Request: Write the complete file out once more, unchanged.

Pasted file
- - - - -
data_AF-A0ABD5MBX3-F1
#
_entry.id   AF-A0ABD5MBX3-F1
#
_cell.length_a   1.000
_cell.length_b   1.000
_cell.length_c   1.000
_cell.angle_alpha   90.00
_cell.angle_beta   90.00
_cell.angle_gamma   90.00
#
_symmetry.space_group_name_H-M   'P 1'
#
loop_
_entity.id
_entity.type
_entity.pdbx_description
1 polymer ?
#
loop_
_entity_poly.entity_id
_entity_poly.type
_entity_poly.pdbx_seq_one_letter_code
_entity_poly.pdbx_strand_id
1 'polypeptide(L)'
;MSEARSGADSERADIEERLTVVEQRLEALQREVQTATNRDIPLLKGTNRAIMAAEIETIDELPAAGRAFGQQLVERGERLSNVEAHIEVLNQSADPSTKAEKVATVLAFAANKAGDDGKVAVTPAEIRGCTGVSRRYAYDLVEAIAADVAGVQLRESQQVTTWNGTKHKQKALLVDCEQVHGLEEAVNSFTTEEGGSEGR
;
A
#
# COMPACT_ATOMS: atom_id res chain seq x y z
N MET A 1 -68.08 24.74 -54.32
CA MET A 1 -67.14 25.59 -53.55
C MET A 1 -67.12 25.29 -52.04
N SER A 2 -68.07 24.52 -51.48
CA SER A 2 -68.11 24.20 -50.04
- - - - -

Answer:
data_AF-A0ABD5MBX3-F1
#
_entry.id   AF-A0ABD5MBX3-F1
#
_cell.length_a   1.000
_cell.length_b   1.000
_cell.length_c   1.000
_cell.angle_alpha   90.00
_cell.angle_beta   90.00
_cell.angle_gamma   90.00
#
_symmetry.space_group_name_H-M   'P 1'
#
loop_
_entity.id
_entity.type
_entity.pdbx_description
1 polymer ?
#
loop_
_entity_poly.entity_id
_entity_poly.type
_entity_poly.pdbx_seq_one_letter_code
_entity_poly.pdbx_strand_id
1 'polypeptide(L)'
;MSEARSGADSERADIEERLTVVEQRLEALQREVQTATNRDIPLLKGTNRAIMAAEIETIDELPAAGRAFGQQLVERGERLSNVEAHIEVLNQSADPSTKAEKVATVLAFAANKAGDDGKVAVTPAEIRGCTGVSRRYAYDLVEAIAADVAGVQLRESQQVTTWNGTKHKQKALLVDCEQVHGLEEAVNSFTTEEGGSEGR
;
A
#
# COMPACT_ATOMS: atom_id res chain seq x y z
N MET A 1 -68.08 24.74 -54.32
CA MET A 1 -67.14 25.59 -53.55
C MET A 1 -67.12 25.29 -52.04
N SER A 2 -68.07 24.52 -51.48
CA SER A 2 -68.11 24.20 -50.04